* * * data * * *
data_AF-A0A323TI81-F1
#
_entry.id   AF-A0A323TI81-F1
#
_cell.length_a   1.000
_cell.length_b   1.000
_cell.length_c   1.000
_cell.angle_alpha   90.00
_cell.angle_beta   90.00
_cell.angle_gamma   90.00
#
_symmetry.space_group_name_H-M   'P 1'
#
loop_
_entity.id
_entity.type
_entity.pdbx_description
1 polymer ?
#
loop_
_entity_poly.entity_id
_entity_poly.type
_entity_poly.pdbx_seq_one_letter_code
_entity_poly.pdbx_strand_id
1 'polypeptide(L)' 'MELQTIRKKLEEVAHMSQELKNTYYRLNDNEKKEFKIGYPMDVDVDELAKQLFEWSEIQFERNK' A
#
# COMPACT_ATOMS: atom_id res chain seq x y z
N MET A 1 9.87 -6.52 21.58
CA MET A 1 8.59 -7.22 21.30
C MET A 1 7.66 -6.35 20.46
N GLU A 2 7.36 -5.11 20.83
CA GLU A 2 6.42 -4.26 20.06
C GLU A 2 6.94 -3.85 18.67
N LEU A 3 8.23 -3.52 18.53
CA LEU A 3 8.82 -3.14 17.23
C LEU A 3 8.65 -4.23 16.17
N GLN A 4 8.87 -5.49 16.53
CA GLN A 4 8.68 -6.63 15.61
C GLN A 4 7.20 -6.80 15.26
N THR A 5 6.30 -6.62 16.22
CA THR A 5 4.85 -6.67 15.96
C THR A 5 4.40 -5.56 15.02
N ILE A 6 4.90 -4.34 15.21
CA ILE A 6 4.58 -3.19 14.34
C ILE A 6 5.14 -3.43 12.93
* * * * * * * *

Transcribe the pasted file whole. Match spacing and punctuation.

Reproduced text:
data_AF-A0A323TI81-F1
#
_entry.id   AF-A0A323TI81-F1
#
_cell.length_a   1.000
_cell.length_b   1.000
_cell.length_c   1.000
_cell.angle_alpha   90.00
_cell.angle_beta   90.00
_cell.angle_gamma   90.00
#
_symmetry.space_group_name_H-M   'P 1'
#
loop_
_entity.id
_entity.type
_entity.pdbx_description
1 polymer ?
#
loop_
_entity_poly.entity_id
_entity_poly.type
_entity_poly.pdbx_seq_one_letter_code
_entity_poly.pdbx_strand_id
1 'polypeptide(L)' 'MELQTIRKKLEEVAHMSQELKNTYYRLNDNEKKEFKIGYPMDVDVDELAKQLFEWSEIQFERNK' A
#
# COMPACT_ATOMS: atom_id res chain seq x y z
N MET A 1 9.87 -6.52 21.58
CA MET A 1 8.59 -7.22 21.30
C MET A 1 7.66 -6.35 20.46
N GLU A 2 7.36 -5.11 20.83
CA GLU A 2 6.42 -4.26 20.06
C GLU A 2 6.94 -3.85 18.67
N LEU A 3 8.23 -3.52 18.53
CA LEU A 3 8.82 -3.14 17.23
C LEU A 3 8.65 -4.23 16.17
N GLN A 4 8.87 -5.49 16.53
CA GLN A 4 8.68 -6.63 15.61
C GLN A 4 7.20 -6.80 15.26
N THR A 5 6.30 -6.62 16.22
CA THR A 5 4.85 -6.67 15.96
C THR A 5 4.40 -5.56 15.02
N ILE A 6 4.90 -4.34 15.21
CA ILE A 6 4.58 -3.19 14.34
C ILE A 6 5.14 -3.43 12.93